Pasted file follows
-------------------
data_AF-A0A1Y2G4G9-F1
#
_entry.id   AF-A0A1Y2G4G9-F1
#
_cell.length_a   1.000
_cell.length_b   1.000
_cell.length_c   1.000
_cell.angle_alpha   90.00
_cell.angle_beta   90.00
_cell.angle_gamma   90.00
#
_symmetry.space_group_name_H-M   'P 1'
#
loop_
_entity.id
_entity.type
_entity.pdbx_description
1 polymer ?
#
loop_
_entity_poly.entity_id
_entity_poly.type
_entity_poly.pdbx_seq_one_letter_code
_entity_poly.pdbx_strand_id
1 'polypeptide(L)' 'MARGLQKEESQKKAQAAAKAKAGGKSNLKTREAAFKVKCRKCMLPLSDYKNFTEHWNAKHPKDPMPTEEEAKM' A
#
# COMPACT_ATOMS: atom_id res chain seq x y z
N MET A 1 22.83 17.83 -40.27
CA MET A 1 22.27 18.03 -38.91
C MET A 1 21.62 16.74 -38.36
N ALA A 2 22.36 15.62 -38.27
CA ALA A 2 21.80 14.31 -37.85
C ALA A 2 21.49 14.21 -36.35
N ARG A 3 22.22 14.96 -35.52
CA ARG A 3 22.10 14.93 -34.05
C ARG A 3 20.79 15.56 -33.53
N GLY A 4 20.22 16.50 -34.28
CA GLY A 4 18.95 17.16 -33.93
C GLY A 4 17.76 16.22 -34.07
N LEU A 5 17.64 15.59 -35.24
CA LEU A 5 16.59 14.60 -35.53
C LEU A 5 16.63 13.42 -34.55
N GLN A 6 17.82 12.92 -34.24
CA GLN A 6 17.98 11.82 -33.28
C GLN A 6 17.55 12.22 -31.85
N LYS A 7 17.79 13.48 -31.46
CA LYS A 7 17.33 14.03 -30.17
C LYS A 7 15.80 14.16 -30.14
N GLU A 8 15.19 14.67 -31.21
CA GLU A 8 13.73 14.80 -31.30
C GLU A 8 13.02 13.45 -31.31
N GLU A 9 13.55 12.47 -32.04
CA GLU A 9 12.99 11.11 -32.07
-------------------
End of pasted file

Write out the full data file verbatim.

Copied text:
data_AF-A0A1Y2G4G9-F1
#
_entry.id   AF-A0A1Y2G4G9-F1
#
_cell.length_a   1.000
_cell.length_b   1.000
_cell.length_c   1.000
_cell.angle_alpha   90.00
_cell.angle_beta   90.00
_cell.angle_gamma   90.00
#
_symmetry.space_group_name_H-M   'P 1'
#
loop_
_entity.id
_entity.type
_entity.pdbx_description
1 polymer ?
#
loop_
_entity_poly.entity_id
_entity_poly.type
_entity_poly.pdbx_seq_one_letter_code
_entity_poly.pdbx_strand_id
1 'polypeptide(L)' 'MARGLQKEESQKKAQAAAKAKAGGKSNLKTREAAFKVKCRKCMLPLSDYKNFTEHWNAKHPKDPMPTEEEAKM' A
#
# COMPACT_ATOMS: atom_id res chain seq x y z
N MET A 1 22.83 17.83 -40.27
CA MET A 1 22.27 18.03 -38.91
C MET A 1 21.62 16.74 -38.36
N ALA A 2 22.36 15.62 -38.27
CA ALA A 2 21.80 14.31 -37.85
C ALA A 2 21.49 14.21 -36.35
N ARG A 3 22.22 14.96 -35.52
CA ARG A 3 22.10 14.93 -34.05
C ARG A 3 20.79 15.56 -33.53
N GLY A 4 20.22 16.50 -34.28
CA GLY A 4 18.95 17.16 -33.93
C GLY A 4 17.76 16.22 -34.07
N LEU A 5 17.64 15.59 -35.24
CA LEU A 5 16.59 14.60 -35.53
C LEU A 5 16.63 13.42 -34.55
N GLN A 6 17.82 12.92 -34.24
CA GLN A 6 17.98 11.82 -33.28
C GLN A 6 17.55 12.22 -31.85
N LYS A 7 17.79 13.48 -31.46
CA LYS A 7 17.33 14.03 -30.17
C LYS A 7 15.80 14.16 -30.14
N GLU A 8 15.19 14.67 -31.21
CA GLU A 8 13.73 14.80 -31.30
C GLU A 8 13.02 13.45 -31.31
N GLU A 9 13.55 12.47 -32.04
CA GLU A 9 12.99 11.11 -32.07